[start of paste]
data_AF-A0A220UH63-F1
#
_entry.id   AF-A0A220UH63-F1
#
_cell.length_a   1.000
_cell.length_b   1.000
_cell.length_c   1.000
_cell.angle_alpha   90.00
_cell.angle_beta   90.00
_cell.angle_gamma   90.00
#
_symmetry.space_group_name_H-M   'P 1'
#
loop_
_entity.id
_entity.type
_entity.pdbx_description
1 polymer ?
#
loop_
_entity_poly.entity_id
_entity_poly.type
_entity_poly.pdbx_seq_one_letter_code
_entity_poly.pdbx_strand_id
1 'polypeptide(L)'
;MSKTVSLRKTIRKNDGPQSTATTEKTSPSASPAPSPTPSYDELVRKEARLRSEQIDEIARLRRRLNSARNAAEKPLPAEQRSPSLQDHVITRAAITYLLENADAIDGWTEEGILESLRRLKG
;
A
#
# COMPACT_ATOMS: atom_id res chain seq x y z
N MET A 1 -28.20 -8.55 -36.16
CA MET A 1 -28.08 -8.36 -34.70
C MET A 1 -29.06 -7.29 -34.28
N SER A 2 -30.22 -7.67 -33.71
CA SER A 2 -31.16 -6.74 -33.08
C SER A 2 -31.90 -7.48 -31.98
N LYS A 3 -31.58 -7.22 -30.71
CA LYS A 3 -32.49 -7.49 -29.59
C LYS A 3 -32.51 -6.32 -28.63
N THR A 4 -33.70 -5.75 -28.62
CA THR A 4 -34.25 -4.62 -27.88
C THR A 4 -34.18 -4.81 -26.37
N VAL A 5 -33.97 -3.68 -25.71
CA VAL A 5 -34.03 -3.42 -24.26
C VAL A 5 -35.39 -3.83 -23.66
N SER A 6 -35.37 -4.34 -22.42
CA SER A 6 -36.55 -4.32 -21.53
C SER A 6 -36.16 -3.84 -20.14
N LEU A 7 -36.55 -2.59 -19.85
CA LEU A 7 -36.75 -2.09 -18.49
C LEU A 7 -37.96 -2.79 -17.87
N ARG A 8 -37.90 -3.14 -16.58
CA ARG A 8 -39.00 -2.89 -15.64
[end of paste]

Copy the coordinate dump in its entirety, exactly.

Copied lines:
data_AF-A0A220UH63-F1
#
_entry.id   AF-A0A220UH63-F1
#
_cell.length_a   1.000
_cell.length_b   1.000
_cell.length_c   1.000
_cell.angle_alpha   90.00
_cell.angle_beta   90.00
_cell.angle_gamma   90.00
#
_symmetry.space_group_name_H-M   'P 1'
#
loop_
_entity.id
_entity.type
_entity.pdbx_description
1 polymer ?
#
loop_
_entity_poly.entity_id
_entity_poly.type
_entity_poly.pdbx_seq_one_letter_code
_entity_poly.pdbx_strand_id
1 'polypeptide(L)'
;MSKTVSLRKTIRKNDGPQSTATTEKTSPSASPAPSPTPSYDELVRKEARLRSEQIDEIARLRRRLNSARNAAEKPLPAEQRSPSLQDHVITRAAITYLLENADAIDGWTEEGILESLRRLKG
;
A
#
# COMPACT_ATOMS: atom_id res chain seq x y z
N MET A 1 -28.20 -8.55 -36.16
CA MET A 1 -28.08 -8.36 -34.70
C MET A 1 -29.06 -7.29 -34.28
N SER A 2 -30.22 -7.67 -33.71
CA SER A 2 -31.16 -6.74 -33.08
C SER A 2 -31.90 -7.48 -31.98
N LYS A 3 -31.58 -7.22 -30.71
CA LYS A 3 -32.49 -7.49 -29.59
C LYS A 3 -32.51 -6.32 -28.63
N THR A 4 -33.70 -5.75 -28.62
CA THR A 4 -34.25 -4.62 -27.88
C THR A 4 -34.18 -4.81 -26.37
N VAL A 5 -33.97 -3.68 -25.71
CA VAL A 5 -34.03 -3.42 -24.26
C VAL A 5 -35.39 -3.83 -23.66
N SER A 6 -35.37 -4.34 -22.42
CA SER A 6 -36.55 -4.32 -21.53
C SER A 6 -36.16 -3.84 -20.14
N LEU A 7 -36.55 -2.59 -19.85
CA LEU A 7 -36.75 -2.09 -18.49
C LEU A 7 -37.96 -2.79 -17.87
N ARG A 8 -37.90 -3.14 -16.58
CA ARG A 8 -39.00 -2.89 -15.64